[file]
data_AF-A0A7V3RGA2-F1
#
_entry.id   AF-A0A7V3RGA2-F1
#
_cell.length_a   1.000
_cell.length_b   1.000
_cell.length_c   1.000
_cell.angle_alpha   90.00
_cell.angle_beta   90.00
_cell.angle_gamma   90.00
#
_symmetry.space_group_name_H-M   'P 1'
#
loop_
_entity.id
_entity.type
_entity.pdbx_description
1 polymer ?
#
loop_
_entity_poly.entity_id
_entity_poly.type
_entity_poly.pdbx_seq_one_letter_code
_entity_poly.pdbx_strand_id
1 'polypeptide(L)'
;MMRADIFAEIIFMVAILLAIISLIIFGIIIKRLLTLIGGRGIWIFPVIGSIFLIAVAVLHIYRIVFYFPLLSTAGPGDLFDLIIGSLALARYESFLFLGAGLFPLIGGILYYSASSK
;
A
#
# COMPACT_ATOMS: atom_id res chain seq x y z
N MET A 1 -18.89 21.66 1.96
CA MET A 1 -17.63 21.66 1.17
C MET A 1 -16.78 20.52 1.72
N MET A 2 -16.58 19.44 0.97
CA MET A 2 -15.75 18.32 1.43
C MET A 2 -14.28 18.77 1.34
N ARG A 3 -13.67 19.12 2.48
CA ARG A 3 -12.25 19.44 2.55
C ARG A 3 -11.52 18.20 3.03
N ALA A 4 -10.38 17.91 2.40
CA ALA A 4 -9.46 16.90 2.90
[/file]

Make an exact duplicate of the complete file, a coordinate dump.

data_AF-A0A7V3RGA2-F1
#
_entry.id   AF-A0A7V3RGA2-F1
#
_cell.length_a   1.000
_cell.length_b   1.000
_cell.length_c   1.000
_cell.angle_alpha   90.00
_cell.angle_beta   90.00
_cell.angle_gamma   90.00
#
_symmetry.space_group_name_H-M   'P 1'
#
loop_
_entity.id
_entity.type
_entity.pdbx_description
1 polymer ?
#
loop_
_entity_poly.entity_id
_entity_poly.type
_entity_poly.pdbx_seq_one_letter_code
_entity_poly.pdbx_strand_id
1 'polypeptide(L)'
;MMRADIFAEIIFMVAILLAIISLIIFGIIIKRLLTLIGGRGIWIFPVIGSIFLIAVAVLHIYRIVFYFPLLSTAGPGDLFDLIIGSLALARYESFLFLGAGLFPLIGGILYYSASSK
;
A
#
# COMPACT_ATOMS: atom_id res chain seq x y z
N MET A 1 -18.89 21.66 1.96
CA MET A 1 -17.63 21.66 1.17
C MET A 1 -16.78 20.52 1.72
N MET A 2 -16.58 19.44 0.97
CA MET A 2 -15.75 18.32 1.43
C MET A 2 -14.28 18.77 1.34
N ARG A 3 -13.67 19.12 2.48
CA ARG A 3 -12.25 19.44 2.55
C ARG A 3 -11.52 18.20 3.03
N ALA A 4 -10.38 17.91 2.40
CA ALA A 4 -9.46 16.90 2.90